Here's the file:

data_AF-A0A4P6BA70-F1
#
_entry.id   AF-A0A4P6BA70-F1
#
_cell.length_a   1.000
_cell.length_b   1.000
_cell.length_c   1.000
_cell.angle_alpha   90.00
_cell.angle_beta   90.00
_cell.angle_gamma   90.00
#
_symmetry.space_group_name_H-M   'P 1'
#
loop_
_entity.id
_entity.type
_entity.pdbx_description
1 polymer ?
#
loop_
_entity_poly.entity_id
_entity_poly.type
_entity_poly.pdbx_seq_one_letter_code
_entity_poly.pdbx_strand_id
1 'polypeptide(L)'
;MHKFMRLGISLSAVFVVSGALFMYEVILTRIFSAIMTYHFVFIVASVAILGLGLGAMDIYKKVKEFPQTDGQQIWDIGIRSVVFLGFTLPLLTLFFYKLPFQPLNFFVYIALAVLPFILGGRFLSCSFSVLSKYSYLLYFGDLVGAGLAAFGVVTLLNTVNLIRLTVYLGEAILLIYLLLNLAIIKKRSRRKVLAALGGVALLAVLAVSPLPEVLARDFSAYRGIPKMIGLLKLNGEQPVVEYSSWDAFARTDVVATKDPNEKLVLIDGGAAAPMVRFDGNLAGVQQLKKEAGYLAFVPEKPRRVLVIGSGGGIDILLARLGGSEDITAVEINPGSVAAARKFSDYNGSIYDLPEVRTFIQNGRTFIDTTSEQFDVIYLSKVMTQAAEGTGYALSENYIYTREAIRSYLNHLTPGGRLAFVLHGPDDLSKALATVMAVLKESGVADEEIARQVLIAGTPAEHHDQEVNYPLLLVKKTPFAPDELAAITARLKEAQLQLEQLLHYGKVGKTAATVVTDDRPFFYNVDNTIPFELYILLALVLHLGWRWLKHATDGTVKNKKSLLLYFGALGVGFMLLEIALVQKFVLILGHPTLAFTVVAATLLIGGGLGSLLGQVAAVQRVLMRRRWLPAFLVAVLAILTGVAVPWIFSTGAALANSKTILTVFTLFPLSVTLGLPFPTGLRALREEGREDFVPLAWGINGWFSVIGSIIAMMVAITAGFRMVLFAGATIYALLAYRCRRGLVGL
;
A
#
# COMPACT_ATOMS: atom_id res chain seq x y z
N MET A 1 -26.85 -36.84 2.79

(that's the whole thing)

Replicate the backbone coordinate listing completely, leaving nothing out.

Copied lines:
data_AF-A0A4P6BA70-F1
#
_entry.id   AF-A0A4P6BA70-F1
#
_cell.length_a   1.000
_cell.length_b   1.000
_cell.length_c   1.000
_cell.angle_alpha   90.00
_cell.angle_beta   90.00
_cell.angle_gamma   90.00
#
_symmetry.space_group_name_H-M   'P 1'
#
loop_
_entity.id
_entity.type
_entity.pdbx_description
1 polymer ?
#
loop_
_entity_poly.entity_id
_entity_poly.type
_entity_poly.pdbx_seq_one_letter_code
_entity_poly.pdbx_strand_id
1 'polypeptide(L)'
;MHKFMRLGISLSAVFVVSGALFMYEVILTRIFSAIMTYHFVFIVASVAILGLGLGAMDIYKKVKEFPQTDGQQIWDIGIRSVVFLGFTLPLLTLFFYKLPFQPLNFFVYIALAVLPFILGGRFLSCSFSVLSKYSYLLYFGDLVGAGLAAFGVVTLLNTVNLIRLTVYLGEAILLIYLLLNLAIIKKRSRRKVLAALGGVALLAVLAVSPLPEVLARDFSAYRGIPKMIGLLKLNGEQPVVEYSSWDAFARTDVVATKDPNEKLVLIDGGAAAPMVRFDGNLAGVQQLKKEAGYLAFVPEKPRRVLVIGSGGGIDILLARLGGSEDITAVEINPGSVAAARKFSDYNGSIYDLPEVRTFIQNGRTFIDTTSEQFDVIYLSKVMTQAAEGTGYALSENYIYTREAIRSYLNHLTPGGRLAFVLHGPDDLSKALATVMAVLKESGVADEEIARQVLIAGTPAEHHDQEVNYPLLLVKKTPFAPDELAAITARLKEAQLQLEQLLHYGKVGKTAATVVTDDRPFFYNVDNTIPFELYILLALVLHLGWRWLKHATDGTVKNKKSLLLYFGALGVGFMLLEIALVQKFVLILGHPTLAFTVVAATLLIGGGLGSLLGQVAAVQRVLMRRRWLPAFLVAVLAILTGVAVPWIFSTGAALANSKTILTVFTLFPLSVTLGLPFPTGLRALREEGREDFVPLAWGINGWFSVIGSIIAMMVAITAGFRMVLFAGATIYALLAYRCRRGLVGL
;
A
#
# COMPACT_ATOMS: atom_id res chain seq x y z
N MET A 1 -26.85 -36.84 2.79